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Freshfields Risk & Compliance

| 4 minutes read

WorkLife 2.0: from our US correspondent – an interview with Boris Feldman

It is undisputedly a time of transition and transformation in the US. But what does this mean for whistleblowing and in particular, whistleblowing in the context of the #MeToo movement?

Who better to speak to about the winds of change than Boris Feldman, Freshfields Partner and Head of US Technology Dispute, Litigation and Arbitration. Boris, who joined Freshfields as a partner in July 2020, specialises in securities litigation, merger and acquisitions, and fiduciary duty and disclosure counselling and has represented a number of leading technology companies as well as several legendary entrepreneurs. Boris has defended over 240 shareholder class actions, derivative suits, and merger challenges throughout the US on behalf of domestic and foreign issuers.

On dialling into our video-call, Boris, bedecked in his signature bow tie, is firm in his prediction that the incoming Biden administration will put whistleblowing and #MeToo issues high on the agenda for change.

Thanks for speaking to me today Boris and sharing some of your insights on the health of whistleblowing in the US and in particular #MeToo related whistleblowing. 

Always a pleasure!

As you know, in a recent Freshfields survey on whistleblowing, we found that 54 per cent of respondents thought that the #MeToo movement had increased whistleblowing generally, including on non-MeToo issues. What do you predict will be the impact of the #MeToo movement on whistleblowing in the US over the next three years?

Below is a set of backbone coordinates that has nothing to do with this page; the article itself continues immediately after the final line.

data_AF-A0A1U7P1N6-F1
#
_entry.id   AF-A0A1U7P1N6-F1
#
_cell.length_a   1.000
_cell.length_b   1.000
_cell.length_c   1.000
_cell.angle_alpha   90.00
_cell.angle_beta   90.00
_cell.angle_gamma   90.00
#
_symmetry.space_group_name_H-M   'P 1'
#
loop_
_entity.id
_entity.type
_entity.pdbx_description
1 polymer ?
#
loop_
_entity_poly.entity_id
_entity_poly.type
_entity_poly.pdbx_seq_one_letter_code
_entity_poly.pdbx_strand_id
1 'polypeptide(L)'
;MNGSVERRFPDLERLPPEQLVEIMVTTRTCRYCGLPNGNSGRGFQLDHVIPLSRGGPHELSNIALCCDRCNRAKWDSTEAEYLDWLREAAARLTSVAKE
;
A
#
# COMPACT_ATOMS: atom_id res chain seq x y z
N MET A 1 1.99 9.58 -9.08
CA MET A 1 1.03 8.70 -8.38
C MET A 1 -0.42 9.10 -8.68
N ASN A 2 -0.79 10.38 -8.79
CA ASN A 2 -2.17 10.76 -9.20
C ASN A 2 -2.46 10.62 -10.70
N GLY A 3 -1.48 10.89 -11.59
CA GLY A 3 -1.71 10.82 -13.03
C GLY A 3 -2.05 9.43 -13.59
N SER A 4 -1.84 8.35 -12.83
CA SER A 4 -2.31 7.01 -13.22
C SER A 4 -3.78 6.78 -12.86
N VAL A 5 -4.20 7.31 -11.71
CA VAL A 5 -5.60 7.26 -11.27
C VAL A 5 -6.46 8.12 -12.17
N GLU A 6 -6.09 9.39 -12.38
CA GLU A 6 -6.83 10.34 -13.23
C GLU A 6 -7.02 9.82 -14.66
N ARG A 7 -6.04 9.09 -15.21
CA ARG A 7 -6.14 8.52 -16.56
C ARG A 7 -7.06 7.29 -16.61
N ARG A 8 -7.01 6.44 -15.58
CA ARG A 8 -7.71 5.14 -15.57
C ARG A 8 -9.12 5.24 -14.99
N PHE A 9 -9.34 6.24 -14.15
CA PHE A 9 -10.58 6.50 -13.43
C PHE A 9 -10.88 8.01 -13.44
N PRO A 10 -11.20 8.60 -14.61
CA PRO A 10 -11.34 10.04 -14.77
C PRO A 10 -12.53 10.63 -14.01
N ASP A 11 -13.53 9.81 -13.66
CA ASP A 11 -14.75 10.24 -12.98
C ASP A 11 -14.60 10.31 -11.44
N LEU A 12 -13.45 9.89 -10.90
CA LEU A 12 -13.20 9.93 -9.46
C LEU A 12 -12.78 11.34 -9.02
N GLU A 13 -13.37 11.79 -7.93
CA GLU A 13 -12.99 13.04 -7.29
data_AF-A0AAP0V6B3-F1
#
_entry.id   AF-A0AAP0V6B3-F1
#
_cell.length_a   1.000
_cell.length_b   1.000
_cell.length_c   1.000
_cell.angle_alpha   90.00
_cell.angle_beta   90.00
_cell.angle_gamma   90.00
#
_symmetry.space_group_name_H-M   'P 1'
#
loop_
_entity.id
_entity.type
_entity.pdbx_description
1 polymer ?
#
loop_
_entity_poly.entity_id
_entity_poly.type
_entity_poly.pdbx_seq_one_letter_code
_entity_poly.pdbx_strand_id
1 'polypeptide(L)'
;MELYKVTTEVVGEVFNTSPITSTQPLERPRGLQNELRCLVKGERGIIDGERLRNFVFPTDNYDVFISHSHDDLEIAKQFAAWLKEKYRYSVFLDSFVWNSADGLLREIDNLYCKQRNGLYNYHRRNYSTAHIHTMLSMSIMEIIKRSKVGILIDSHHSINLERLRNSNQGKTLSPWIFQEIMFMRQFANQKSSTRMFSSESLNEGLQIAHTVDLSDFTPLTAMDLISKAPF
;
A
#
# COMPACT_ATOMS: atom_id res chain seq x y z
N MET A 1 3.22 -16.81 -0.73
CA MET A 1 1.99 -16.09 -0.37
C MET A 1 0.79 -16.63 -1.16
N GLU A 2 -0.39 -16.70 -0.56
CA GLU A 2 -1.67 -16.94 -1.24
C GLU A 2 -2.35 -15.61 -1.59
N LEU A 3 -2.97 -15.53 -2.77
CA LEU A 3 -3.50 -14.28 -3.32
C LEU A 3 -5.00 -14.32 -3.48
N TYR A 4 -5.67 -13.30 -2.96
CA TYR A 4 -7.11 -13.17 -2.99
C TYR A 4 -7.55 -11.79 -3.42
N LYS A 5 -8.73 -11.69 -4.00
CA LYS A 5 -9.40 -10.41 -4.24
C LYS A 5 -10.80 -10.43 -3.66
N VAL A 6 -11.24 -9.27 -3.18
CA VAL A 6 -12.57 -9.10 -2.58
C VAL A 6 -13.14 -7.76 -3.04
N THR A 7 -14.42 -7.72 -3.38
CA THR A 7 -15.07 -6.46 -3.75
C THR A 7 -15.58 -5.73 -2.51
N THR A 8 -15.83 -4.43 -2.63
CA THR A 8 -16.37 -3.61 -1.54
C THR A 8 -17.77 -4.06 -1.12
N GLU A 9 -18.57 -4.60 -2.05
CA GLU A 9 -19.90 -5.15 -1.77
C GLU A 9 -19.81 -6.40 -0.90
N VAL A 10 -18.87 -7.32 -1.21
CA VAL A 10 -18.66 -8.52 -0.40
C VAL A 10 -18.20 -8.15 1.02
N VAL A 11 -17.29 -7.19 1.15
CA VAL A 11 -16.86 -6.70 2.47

Instead of speaking to me you should have a cultural anthropologist or social psychologist! You tell me how people will behave when we finally emerge from lock-down. Will people go back to the office and be contrite that they survived the pandemic? Or will it be the roaring ‘20s again? If I had to place a bet on the spot, we are in for a wild ride in the workplace after this pandemic which means trends that we have previously seen in the workplace will be largely disrupted, not least by a shift to long-term, remote working models. Therefore, what we have seen in the last three years in terms of the impact of #MeToo on whistleblowing is definitely not a perfect indicator of what is to come. Perhaps we should have another chat in 3 years’ time!

What are the existing protections in place in the US for #MeToo whistleblowers? 

So whistleblowing in #MeToo cases doesn’t have that much protection in the US. There are the standard, state level employment law protections in relation to retaliation and companies have generally tried to up-their-game in recent years to strengthen their own internal policies. But a #MeToo whistleblower always has to consider whether they want to get embroiled in a long, drawn-out lawsuit. There has not really been any meaningful statutory protection for #MeToo whistleblowers in the US to date. But I think that is going to change in the US in coming years.